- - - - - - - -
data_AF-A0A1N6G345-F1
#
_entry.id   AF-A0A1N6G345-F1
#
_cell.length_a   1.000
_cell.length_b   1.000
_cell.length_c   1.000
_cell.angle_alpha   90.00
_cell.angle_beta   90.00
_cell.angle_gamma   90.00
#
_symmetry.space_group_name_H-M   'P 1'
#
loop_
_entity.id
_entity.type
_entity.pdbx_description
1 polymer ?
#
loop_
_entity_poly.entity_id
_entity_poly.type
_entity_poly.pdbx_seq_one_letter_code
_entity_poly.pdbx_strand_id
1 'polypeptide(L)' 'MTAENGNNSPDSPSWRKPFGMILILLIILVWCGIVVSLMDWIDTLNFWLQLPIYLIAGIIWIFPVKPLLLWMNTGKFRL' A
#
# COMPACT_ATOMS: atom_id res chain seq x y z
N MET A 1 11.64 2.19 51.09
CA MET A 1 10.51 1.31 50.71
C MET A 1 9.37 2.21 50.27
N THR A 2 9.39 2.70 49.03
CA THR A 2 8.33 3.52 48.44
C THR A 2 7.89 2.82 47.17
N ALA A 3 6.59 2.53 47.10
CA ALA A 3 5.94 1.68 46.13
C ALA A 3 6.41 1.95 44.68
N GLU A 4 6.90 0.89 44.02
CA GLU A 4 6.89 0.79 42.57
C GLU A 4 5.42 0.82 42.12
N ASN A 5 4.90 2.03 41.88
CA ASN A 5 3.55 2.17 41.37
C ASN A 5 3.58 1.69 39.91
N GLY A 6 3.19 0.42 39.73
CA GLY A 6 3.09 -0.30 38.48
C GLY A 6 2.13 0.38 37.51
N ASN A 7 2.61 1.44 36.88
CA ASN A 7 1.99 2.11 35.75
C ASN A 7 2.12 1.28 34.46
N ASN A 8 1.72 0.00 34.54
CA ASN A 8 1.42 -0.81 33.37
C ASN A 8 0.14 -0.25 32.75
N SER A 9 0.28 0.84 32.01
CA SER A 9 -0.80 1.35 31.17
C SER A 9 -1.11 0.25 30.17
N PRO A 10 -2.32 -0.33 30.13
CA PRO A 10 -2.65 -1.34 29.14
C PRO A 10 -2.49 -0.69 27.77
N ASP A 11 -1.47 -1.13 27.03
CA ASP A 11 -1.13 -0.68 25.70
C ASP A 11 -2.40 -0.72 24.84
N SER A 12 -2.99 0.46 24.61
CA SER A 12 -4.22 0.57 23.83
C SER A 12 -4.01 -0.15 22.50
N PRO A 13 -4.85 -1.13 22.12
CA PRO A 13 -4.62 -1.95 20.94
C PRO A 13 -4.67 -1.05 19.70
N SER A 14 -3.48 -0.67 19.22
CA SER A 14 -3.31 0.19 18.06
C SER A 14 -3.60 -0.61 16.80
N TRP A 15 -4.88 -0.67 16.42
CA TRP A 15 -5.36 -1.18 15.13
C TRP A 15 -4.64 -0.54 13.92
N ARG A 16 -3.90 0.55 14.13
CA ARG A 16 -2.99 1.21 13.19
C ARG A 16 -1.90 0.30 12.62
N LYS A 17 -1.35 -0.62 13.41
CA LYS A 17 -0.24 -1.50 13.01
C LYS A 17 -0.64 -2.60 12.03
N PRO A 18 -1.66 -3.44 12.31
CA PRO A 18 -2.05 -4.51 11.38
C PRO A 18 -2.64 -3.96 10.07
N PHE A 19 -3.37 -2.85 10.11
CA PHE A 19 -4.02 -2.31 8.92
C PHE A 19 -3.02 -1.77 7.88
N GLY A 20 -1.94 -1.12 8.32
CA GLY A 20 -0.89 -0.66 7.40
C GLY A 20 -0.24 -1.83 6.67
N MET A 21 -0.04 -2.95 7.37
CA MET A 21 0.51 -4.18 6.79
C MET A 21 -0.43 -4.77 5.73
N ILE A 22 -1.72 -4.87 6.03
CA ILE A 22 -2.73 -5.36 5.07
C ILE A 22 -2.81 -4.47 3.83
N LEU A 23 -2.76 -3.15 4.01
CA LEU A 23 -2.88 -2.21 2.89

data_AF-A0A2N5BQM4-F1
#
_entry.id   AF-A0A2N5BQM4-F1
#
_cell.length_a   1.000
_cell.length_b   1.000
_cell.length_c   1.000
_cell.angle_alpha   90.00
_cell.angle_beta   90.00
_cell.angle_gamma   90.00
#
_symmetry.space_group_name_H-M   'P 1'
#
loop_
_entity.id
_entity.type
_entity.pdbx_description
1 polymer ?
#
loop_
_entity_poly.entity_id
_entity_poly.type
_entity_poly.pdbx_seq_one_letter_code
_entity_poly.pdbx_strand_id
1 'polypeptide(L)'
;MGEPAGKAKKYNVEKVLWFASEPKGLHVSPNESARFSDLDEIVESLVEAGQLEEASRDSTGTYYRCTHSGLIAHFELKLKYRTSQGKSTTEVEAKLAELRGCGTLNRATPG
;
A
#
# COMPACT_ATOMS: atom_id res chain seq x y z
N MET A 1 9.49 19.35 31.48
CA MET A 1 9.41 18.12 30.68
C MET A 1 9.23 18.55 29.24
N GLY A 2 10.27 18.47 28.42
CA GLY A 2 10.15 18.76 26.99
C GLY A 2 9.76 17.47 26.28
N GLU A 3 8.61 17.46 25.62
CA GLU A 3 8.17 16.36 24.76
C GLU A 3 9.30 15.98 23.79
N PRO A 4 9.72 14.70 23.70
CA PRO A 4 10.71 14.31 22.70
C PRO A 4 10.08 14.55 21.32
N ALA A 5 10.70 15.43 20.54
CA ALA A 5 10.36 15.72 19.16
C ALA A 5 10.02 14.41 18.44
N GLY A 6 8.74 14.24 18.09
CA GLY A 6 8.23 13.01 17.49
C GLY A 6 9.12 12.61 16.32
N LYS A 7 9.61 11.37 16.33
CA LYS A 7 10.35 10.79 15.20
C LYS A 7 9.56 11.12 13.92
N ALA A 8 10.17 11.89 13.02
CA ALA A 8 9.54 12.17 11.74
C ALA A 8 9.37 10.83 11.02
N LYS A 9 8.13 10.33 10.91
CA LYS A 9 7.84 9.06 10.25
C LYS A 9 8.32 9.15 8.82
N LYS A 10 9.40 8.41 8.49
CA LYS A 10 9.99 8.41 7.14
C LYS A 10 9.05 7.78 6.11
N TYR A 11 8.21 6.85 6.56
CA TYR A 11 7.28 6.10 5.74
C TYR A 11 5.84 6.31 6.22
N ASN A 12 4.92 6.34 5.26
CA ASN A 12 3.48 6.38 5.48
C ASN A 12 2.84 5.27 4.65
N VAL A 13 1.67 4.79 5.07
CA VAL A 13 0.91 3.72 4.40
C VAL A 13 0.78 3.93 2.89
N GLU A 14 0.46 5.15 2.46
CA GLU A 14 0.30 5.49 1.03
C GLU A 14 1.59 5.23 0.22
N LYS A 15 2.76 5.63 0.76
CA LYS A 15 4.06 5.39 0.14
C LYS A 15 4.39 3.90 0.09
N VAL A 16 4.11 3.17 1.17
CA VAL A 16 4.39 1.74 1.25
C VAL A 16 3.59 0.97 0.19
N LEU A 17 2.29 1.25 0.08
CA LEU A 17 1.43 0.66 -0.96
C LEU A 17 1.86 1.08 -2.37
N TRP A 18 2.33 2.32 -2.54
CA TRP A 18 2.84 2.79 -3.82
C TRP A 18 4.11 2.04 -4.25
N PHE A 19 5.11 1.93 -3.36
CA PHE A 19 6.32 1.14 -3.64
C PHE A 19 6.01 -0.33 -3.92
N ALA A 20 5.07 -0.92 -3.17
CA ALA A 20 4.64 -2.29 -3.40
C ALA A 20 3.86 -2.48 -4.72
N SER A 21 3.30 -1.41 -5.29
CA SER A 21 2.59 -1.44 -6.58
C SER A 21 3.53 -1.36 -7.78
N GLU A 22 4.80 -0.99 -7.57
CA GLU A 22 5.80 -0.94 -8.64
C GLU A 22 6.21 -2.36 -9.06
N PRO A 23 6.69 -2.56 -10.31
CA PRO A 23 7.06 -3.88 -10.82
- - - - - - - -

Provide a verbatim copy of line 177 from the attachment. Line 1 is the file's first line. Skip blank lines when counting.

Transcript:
N TRP A 18 2.33 2.32 -2.54